JANUARY 3, 2000
Y2K after-action report
© 2000 WorldNetDaily.com

I have been following the potential problems of Y2K since 1997, long before Y2K became a noun or a boutique industry. I wrote my first Y2K piece for WorldNetDaily in April 1998. I have interviewed the full spectrum of Y2K doomsayers and critics from Dr. Gary North to assorted government officials. I have contended for over a year that Y2K is not an event but rather a process. Nevertheless, there are those who are taking misplaced visceral satisfaction in chiding, "Neener, neener. It was all much ado about nothing." BULLFEATHERS!

One reader in Tampa Florida wrote,

B.C: "You promoted and offered an uncritical ear to the creators of Y2K hysteria, but you're about to discover the price."

Me: Not true, I have been most critical of both the doomsayers and the naysayers.

B.C.: "Sure, you can defend yourself by saying that nothing said was technically untrue. You can join in with all the other back-pedalers and dismiss your warnings as better safe than sorry. You can even claim that you did us all a 'service' by promoting preventive action."

Me: Yeah, I could say all that, but I won't. I am neither back-pedaling, nor disappointed with a relatively uneventful New Year.

B.C.: "Today, Jan 1, 2000, is a milestone marking the beginning of the solidification of doubts as to the trustworthiness of many individuals that aggressively promote a wide range of conspiracies and disasters. It's the beginning of the end of success for many news reporters and entertainers like yourself because you have too often chosen expediency over honor."

Me: What a crock of self-righteous arrogant bull.

B.C.: "I am more saddened to see all the valuable work that you and other good people have done damaged in the fallout. So many important open-ended investigations into real government scandals will be tarnished by the impatience of those who couldn't resist selling them all out for a sponsor or an alliance."

Me: Neither I nor WorldNetDaily has any proprietary interest in Y2K. Frankly, the time, effort and attention we have devoted to the issue will not only fail to negatively impact on our credibility or ability to expose future controversial issues; it will actually enhance our credibility -- unless you believe that Ernst & Young, all the government Y2K entities, scientists, experts and technocrats around the world will somehow suffer reciprocal negative impacts to their credibility.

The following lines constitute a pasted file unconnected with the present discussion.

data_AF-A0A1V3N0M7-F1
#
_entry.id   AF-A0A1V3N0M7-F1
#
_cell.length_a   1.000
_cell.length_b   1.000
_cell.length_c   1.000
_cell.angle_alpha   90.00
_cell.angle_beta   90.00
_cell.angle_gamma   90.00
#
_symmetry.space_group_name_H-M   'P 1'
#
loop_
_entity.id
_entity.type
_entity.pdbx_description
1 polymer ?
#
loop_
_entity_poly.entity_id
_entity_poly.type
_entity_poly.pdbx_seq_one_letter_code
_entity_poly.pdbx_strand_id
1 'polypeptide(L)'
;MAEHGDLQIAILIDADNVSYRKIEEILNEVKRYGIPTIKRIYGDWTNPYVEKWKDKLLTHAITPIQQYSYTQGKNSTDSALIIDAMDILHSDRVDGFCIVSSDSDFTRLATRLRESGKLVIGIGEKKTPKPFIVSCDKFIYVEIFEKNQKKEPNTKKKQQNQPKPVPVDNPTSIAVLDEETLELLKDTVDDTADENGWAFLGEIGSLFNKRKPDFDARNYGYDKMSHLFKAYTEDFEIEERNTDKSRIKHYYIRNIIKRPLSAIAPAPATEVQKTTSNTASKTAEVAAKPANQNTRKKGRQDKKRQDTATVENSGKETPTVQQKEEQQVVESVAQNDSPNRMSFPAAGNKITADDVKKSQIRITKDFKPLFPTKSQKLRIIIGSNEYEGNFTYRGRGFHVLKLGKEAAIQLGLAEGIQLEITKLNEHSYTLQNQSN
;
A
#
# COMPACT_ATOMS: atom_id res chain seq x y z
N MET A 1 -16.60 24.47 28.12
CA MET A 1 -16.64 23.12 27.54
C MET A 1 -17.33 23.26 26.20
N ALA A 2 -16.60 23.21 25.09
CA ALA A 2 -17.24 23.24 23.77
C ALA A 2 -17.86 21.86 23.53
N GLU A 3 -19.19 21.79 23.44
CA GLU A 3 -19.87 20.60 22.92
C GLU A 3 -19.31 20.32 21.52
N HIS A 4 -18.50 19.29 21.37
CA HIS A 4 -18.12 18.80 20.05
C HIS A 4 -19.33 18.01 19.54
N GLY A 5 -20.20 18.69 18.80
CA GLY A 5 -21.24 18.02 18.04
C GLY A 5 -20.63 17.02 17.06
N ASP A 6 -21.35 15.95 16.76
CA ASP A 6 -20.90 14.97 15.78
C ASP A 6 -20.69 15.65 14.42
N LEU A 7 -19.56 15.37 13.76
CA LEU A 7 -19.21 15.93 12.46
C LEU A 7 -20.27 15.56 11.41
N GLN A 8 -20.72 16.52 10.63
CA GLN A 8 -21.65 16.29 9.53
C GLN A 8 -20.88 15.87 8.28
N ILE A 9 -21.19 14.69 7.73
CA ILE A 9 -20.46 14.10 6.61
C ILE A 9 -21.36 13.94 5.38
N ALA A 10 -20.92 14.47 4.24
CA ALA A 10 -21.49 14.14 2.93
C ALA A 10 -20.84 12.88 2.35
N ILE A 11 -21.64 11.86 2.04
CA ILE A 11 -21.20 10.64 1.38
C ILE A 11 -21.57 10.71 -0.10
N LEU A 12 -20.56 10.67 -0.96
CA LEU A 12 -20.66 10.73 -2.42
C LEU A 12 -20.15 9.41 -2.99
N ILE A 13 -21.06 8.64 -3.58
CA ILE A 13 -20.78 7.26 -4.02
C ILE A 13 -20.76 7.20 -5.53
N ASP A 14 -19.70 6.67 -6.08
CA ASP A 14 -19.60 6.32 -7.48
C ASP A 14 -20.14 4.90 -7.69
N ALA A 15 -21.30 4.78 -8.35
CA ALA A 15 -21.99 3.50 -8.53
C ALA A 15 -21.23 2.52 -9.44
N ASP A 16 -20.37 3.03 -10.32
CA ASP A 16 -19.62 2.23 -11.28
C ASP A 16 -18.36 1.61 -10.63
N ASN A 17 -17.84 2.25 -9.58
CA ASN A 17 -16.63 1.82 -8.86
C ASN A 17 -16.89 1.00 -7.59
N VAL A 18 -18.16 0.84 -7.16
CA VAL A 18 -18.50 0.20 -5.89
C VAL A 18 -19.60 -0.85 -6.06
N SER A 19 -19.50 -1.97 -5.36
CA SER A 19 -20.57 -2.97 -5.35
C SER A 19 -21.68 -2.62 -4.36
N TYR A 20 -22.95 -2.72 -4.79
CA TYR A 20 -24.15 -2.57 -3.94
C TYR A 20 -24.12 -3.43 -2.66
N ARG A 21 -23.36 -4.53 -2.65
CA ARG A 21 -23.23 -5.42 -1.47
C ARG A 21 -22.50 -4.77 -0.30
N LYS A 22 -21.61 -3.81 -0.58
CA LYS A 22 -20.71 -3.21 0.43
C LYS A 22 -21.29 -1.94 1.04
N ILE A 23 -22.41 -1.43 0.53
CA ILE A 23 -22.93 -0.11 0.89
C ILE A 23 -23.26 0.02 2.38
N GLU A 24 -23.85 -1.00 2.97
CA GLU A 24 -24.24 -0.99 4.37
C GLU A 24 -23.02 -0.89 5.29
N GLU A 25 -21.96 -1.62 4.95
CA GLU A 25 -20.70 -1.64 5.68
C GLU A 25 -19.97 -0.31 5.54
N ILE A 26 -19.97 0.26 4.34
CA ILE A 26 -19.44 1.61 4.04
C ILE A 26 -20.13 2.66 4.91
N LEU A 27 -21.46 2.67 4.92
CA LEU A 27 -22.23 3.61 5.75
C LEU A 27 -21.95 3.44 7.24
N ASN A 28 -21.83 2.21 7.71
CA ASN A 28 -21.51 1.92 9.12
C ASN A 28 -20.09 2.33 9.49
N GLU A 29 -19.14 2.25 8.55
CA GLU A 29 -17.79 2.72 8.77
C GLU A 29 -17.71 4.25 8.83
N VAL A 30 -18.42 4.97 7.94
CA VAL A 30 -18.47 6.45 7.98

Meanwhile, for all those pretentious, self-righteous boobs on both sides of the Y2K hoopla, here's the reality check (especially for those who don't want to be confused with facts which contradict their preconceived opinions). The following is NOT my opinion:

Americans are so conditioned for instant gratification that we become myopic (as well as deaf) to things subtle and/or complex. A gaggle of experts (not me) are saying it is too early to claim victory over the Y2K bug. Last week Massachusetts Institute of Technology shut down all their 20,000 computers for the weekend. They were not the Lone Ranger. Tens of millions of the world's business systems will be rebooting today. Canadian Y2K poobah Peter de Jager says, "It is very, very premature at this point in time to declare victory. We expected the infrastructure to be OK, but wait until next week to start drawing conclusions about how successful or unsuccessful we've been."

The list is long and I am confident others will be reporting on Y2K ad nauseam. My concluding comments on Y2K are this: It ain't over. However, having survived the first hurdle, as life, inertia, and other news cycles gain dominance, please consider the following:

There are three basic dangers we continue to face regardless of whatever does or does not result from the monumental global efforts to "kill the bug." First, the very real threat that all the premature articulation claiming victory will overshadow or negate all the remarkable work done by legions of nerds, who deserve but will not receive commendation. Secondly, the unintended consequences of some companies and countries failing to report (or acknowledge) problems. Lastly, (and I think more significant) is the danger that if or when a Y2K-related glitch does create a problem months or years down the road, it may never be recognized or managed as a Y2K problem.

To synthesize the scholarly, diplomatic, academic and technobabble of hundreds of assorted experts: It ain't over.